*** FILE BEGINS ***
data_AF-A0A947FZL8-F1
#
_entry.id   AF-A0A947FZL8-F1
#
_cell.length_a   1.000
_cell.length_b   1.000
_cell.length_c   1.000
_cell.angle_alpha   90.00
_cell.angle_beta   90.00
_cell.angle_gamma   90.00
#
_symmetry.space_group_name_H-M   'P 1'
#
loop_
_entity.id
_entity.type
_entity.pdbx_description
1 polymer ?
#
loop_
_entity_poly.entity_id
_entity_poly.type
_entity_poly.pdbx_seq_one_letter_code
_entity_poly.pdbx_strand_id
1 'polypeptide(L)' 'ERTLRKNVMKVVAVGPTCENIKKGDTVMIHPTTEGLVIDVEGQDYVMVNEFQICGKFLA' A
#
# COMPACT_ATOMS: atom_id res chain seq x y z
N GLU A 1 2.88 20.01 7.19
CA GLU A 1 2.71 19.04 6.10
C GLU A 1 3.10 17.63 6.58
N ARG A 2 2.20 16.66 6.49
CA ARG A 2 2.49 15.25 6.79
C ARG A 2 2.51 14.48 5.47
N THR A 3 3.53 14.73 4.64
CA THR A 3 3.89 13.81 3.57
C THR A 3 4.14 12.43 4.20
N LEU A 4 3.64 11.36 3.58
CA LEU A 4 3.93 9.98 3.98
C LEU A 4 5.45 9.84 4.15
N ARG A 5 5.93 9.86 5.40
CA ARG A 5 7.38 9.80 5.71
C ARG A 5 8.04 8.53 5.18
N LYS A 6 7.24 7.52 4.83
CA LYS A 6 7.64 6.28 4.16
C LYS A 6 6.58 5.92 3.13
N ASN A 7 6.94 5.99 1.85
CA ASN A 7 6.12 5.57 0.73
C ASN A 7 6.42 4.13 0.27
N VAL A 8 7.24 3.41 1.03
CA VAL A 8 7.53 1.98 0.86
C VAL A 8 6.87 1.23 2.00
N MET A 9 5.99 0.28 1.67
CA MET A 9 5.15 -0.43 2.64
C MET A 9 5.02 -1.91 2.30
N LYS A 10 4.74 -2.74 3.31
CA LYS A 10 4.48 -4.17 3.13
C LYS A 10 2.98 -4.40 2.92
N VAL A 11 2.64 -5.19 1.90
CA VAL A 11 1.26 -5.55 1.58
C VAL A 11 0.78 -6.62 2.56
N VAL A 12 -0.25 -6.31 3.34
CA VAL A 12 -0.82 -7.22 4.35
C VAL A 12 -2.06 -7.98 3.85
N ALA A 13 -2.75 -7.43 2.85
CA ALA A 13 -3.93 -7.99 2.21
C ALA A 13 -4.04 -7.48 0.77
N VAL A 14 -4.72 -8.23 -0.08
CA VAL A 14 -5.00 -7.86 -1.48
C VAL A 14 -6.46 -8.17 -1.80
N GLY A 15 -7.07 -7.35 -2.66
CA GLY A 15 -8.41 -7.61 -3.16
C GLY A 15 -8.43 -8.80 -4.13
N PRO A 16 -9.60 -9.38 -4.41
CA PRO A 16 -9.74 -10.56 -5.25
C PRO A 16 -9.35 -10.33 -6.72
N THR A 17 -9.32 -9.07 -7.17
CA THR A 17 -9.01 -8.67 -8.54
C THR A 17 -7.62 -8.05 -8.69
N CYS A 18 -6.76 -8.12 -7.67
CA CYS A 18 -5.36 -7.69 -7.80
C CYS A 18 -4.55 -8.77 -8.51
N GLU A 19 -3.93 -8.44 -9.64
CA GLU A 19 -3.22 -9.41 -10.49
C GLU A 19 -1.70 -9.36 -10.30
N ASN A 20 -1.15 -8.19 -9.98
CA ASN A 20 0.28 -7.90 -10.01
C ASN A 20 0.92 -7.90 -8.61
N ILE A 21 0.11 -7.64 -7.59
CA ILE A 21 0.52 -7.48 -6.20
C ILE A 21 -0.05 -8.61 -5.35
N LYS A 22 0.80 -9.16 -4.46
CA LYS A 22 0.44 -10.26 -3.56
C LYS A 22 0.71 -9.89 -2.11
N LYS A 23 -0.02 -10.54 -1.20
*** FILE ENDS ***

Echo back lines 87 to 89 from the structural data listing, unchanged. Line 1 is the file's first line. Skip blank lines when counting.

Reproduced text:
C ASN A 20 0.92 -7.90 -8.61
N ILE A 21 0.11 -7.64 -7.59
CA ILE A 21 0.52 -7.48 -6.20